Back East offers four year round beers – Golden Ale, Back East Ale (amber), Misty Mountain IPA, and Porter – in six pack cans as well as on draught in accounts throughout CT. On top of those, there is a selection of four beers released seasonally – Oktoberfest, Winterfest with cinnamon and local honey, Spring Ale Biere de Mars, and Summer Ale hoppy blonde. The Summer Ale is the first seasonal to be canned, utilizing shrink wrap labels, and will be released into the market this Friday, June 13th. In addition, the Back East releases high gravity beers under their Hammer of the Gods series. The initial release was an Imperial Stout, followed by Palate Mallet Double IPA which is scheduled to hit shelves in 4-packs of cans in July. It is clear that Back East Brewing Co. is doing their part to draw consumers towards craft in this young CT movement. The brewery is located a short 15 minute drive north of Hartford so pay them a visit for some free samples and to make some new friends in the tasting room.
Thimble Island Brewing Company was founded in 2010 by two longtime friends and CT shore natives, Mike Fawcett and Justin Gargano. The two had spent some time brewing out of a converted garage but soon realized that they would need to upgrade to larger equipment and purchase a facility in order to make their dream a success. Knowing that they are very busy on days when they are not open for public tastings, we were sincerely grateful that the guys opened up their doors to chat with us and share their story. They began distribution in July of 2012 with solely their American Ale, a tasty amber of which they are quite proud. Mike shared that the Coffee Stout was introduced after about six months and, due to its popularity and his desire to drink it at anytime in the year, was added to the year round offerings. Finally, their IPA featuring Cascade, Northern Brewer, and Falconer’s Flight hops was added around the one year anniversary.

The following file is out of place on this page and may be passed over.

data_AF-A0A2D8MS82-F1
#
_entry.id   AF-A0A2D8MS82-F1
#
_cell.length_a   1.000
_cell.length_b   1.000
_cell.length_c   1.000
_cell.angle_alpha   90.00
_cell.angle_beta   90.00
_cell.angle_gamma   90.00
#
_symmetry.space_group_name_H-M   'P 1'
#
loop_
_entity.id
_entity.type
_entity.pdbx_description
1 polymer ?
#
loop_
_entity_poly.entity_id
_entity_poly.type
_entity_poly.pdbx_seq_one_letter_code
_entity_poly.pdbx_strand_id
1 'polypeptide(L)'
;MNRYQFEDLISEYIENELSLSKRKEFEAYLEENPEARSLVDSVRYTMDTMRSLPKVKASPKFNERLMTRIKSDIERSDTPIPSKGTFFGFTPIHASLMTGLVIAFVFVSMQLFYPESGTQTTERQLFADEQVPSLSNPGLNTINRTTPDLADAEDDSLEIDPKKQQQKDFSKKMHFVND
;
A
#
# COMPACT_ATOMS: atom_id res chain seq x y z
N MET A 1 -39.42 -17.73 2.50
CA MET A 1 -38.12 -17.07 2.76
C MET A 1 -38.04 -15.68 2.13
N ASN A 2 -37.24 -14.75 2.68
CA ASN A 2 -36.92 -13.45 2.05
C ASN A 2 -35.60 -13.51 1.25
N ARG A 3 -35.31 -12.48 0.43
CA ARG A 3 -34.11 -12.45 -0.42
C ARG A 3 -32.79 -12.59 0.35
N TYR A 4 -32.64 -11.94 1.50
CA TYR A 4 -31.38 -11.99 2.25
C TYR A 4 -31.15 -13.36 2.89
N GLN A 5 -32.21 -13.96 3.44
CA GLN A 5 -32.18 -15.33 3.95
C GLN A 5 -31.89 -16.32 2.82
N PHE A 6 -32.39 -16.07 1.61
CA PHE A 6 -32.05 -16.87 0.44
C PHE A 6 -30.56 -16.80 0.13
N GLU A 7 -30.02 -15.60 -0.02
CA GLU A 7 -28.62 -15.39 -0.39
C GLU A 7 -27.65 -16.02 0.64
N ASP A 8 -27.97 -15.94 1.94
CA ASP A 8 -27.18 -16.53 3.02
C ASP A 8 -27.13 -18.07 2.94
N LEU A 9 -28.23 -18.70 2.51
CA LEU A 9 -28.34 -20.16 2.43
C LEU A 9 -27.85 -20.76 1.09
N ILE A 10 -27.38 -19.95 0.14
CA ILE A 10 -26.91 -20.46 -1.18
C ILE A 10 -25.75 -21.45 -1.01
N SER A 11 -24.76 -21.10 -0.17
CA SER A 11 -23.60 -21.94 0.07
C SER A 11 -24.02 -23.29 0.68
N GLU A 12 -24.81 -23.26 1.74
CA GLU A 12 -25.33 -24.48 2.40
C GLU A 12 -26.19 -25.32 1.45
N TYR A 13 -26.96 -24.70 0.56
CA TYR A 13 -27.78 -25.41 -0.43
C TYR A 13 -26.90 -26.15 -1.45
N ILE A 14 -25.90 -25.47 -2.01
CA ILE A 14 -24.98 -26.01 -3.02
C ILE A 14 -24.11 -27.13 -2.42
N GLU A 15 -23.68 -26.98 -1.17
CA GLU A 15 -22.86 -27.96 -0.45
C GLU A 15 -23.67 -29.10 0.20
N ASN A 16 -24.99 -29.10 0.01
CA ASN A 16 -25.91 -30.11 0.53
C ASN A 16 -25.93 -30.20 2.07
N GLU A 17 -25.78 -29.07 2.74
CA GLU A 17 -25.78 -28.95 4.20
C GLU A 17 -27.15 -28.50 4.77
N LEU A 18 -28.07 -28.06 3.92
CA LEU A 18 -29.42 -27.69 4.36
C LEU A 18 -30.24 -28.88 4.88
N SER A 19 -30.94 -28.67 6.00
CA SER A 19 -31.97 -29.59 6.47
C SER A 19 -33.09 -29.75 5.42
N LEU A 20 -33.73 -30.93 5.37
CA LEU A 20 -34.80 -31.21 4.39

Now approaching the end of their second full year of operation, Thimble Island has quite a lot going on. In addition to a large expansion into a new space nearby with a new 30 bbl brewery and upgraded bottling line, the brewing schedule is packed. The plans are to release four different seasonal beers as well as four additional beers staggered within each season under their Uncharted series. More information on that schedule can be found below but we were able to sample some of the Sandbar Brown as well as the huge, Citra inspired Ghost Island Double IPA. Make sure to pay these friendly guys a visit during open house hours for free samples of their year round and available seasonal beers and, if elsewhere in Connecticut, keep an eye out for new beers on shelves in six packs.
While cousins and co-owners, Augie and Chris Carton, and head brewer, Jessie Ferguson, were away at the Craft Brewers Conference in Denver, we were thankful that the remaining staff was able to meet with us to share their knowledge of Carton Brewing Company. We started off in the tasting room where Rebecca Flynn was finishing up her last week with the company and training her replacement, Kelsey Stahl. Rebecca and Kelsey gave us a detailed rundown on the unique brews coming out of the tippy, the brewery’s pilot system, as well as the established rotation of beers. It was clear from the beginning that Carton does things on their own terms with a one of a kind approach to creating beers. The Cartons opened the business with an great appreciation for food and much of the beers brewed here draw inspiration from food or are meant to pair well with a fine meal. You won’t find much for standard styles in the taproom. Instead, Boat Beer, GORP, Carton of Milk, and B.D.G. (Brunch. Dinner. Grup) filled the tap lines.
Following our introduction to the Carton beers, we made our way downstairs and chatted with Brewers Jeremy Watts and Doug Phillips, a.k.a Phresh. They showed us the brewing facilities as well as the impressive barrel aging cellar. It’s obvious that Carton Brewing has a lot to add to the growing conversation in New Jersey craft beer. The staff is incredibly friendly and take great pride in the product. The brewery is located less than half a mile from the bay and makes for a great day trip with convenient access from NYC by ferry. Tours and tastings are offered Thurs and Friday evening as well as afternoons on the weekend. Definitely stop by to sample some of these inventive beers, make new friends, and fill up a growler for later.